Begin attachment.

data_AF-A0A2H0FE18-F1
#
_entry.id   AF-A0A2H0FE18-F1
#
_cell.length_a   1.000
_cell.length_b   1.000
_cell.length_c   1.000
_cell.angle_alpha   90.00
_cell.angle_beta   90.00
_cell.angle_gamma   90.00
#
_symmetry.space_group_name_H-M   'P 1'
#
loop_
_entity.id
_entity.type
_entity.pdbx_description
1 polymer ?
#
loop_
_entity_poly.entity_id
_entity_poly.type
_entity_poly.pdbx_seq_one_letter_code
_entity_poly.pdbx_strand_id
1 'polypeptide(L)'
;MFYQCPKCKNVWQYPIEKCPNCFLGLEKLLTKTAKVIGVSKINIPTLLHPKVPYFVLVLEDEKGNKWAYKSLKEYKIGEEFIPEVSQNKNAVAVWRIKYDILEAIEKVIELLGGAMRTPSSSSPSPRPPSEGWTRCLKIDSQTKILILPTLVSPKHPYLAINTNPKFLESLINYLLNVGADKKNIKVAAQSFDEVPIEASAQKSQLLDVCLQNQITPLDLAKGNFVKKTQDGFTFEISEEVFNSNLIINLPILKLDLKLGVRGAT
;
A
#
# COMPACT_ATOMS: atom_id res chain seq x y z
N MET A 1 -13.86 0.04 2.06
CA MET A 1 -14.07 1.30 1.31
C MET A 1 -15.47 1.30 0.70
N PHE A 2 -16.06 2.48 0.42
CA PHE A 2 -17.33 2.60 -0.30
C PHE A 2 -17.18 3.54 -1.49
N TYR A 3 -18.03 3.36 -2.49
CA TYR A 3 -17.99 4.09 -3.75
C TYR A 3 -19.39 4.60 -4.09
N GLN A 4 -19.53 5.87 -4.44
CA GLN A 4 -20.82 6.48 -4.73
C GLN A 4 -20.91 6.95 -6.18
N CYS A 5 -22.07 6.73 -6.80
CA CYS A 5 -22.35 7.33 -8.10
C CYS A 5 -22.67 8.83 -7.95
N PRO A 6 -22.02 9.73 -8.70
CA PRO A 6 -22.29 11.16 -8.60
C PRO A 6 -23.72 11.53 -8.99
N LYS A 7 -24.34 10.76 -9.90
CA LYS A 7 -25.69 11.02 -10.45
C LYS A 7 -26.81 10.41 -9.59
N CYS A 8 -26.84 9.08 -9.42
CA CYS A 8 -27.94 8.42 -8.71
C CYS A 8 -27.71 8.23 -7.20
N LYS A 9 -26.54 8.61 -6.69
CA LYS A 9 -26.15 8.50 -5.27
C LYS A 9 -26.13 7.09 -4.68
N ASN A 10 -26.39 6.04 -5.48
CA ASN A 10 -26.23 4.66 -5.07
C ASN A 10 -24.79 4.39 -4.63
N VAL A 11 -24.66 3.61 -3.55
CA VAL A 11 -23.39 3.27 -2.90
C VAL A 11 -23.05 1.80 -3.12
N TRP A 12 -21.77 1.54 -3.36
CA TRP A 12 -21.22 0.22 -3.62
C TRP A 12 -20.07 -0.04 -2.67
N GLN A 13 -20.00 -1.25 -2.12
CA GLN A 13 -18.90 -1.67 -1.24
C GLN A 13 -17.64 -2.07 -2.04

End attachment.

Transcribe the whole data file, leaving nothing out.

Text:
data_AF-A0A2H0FE18-F1
#
_entry.id   AF-A0A2H0FE18-F1
#
_cell.length_a   1.000
_cell.length_b   1.000
_cell.length_c   1.000
_cell.angle_alpha   90.00
_cell.angle_beta   90.00
_cell.angle_gamma   90.00
#
_symmetry.space_group_name_H-M   'P 1'
#
loop_
_entity.id
_entity.type
_entity.pdbx_description
1 polymer ?
#
loop_
_entity_poly.entity_id
_entity_poly.type
_entity_poly.pdbx_seq_one_letter_code
_entity_poly.pdbx_strand_id
1 'polypeptide(L)'
;MFYQCPKCKNVWQYPIEKCPNCFLGLEKLLTKTAKVIGVSKINIPTLLHPKVPYFVLVLEDEKGNKWAYKSLKEYKIGEEFIPEVSQNKNAVAVWRIKYDILEAIEKVIELLGGAMRTPSSSSPSPRPPSEGWTRCLKIDSQTKILILPTLVSPKHPYLAINTNPKFLESLINYLLNVGADKKNIKVAAQSFDEVPIEASAQKSQLLDVCLQNQITPLDLAKGNFVKKTQDGFTFEISEEVFNSNLIINLPILKLDLKLGVRGAT
;
A
#
# COMPACT_ATOMS: atom_id res chain seq x y z
N MET A 1 -13.86 0.04 2.06
CA MET A 1 -14.07 1.30 1.31
C MET A 1 -15.47 1.30 0.70
N PHE A 2 -16.06 2.48 0.42
CA PHE A 2 -17.33 2.60 -0.30
C PHE A 2 -17.18 3.54 -1.49
N TYR A 3 -18.03 3.36 -2.49
CA TYR A 3 -17.99 4.09 -3.75
C TYR A 3 -19.39 4.60 -4.09
N GLN A 4 -19.53 5.87 -4.44
CA GLN A 4 -20.82 6.48 -4.73
C GLN A 4 -20.91 6.95 -6.18
N CYS A 5 -22.07 6.73 -6.80
CA CYS A 5 -22.35 7.33 -8.10
C CYS A 5 -22.67 8.83 -7.95
N PRO A 6 -22.02 9.73 -8.70
CA PRO A 6 -22.29 11.16 -8.60
C PRO A 6 -23.72 11.53 -8.99
N LYS A 7 -24.34 10.76 -9.90
CA LYS A 7 -25.69 11.02 -10.45
C LYS A 7 -26.81 10.41 -9.59
N CYS A 8 -26.84 9.08 -9.42
CA CYS A 8 -27.94 8.42 -8.71
C CYS A 8 -27.71 8.23 -7.20
N LYS A 9 -26.54 8.61 -6.69
CA LYS A 9 -26.15 8.50 -5.27
C LYS A 9 -26.13 7.09 -4.68
N ASN A 10 -26.39 6.04 -5.48
CA ASN A 10 -26.23 4.66 -5.07
C ASN A 10 -24.79 4.39 -4.63
N VAL A 11 -24.66 3.61 -3.55
CA VAL A 11 -23.39 3.27 -2.90
C VAL A 11 -23.05 1.80 -3.12
N TRP A 12 -21.77 1.54 -3.36
CA TRP A 12 -21.22 0.22 -3.62
C TRP A 12 -20.07 -0.04 -2.67
N GLN A 13 -20.00 -1.25 -2.12
CA GLN A 13 -18.90 -1.67 -1.24
C GLN A 13 -17.64 -2.07 -2.04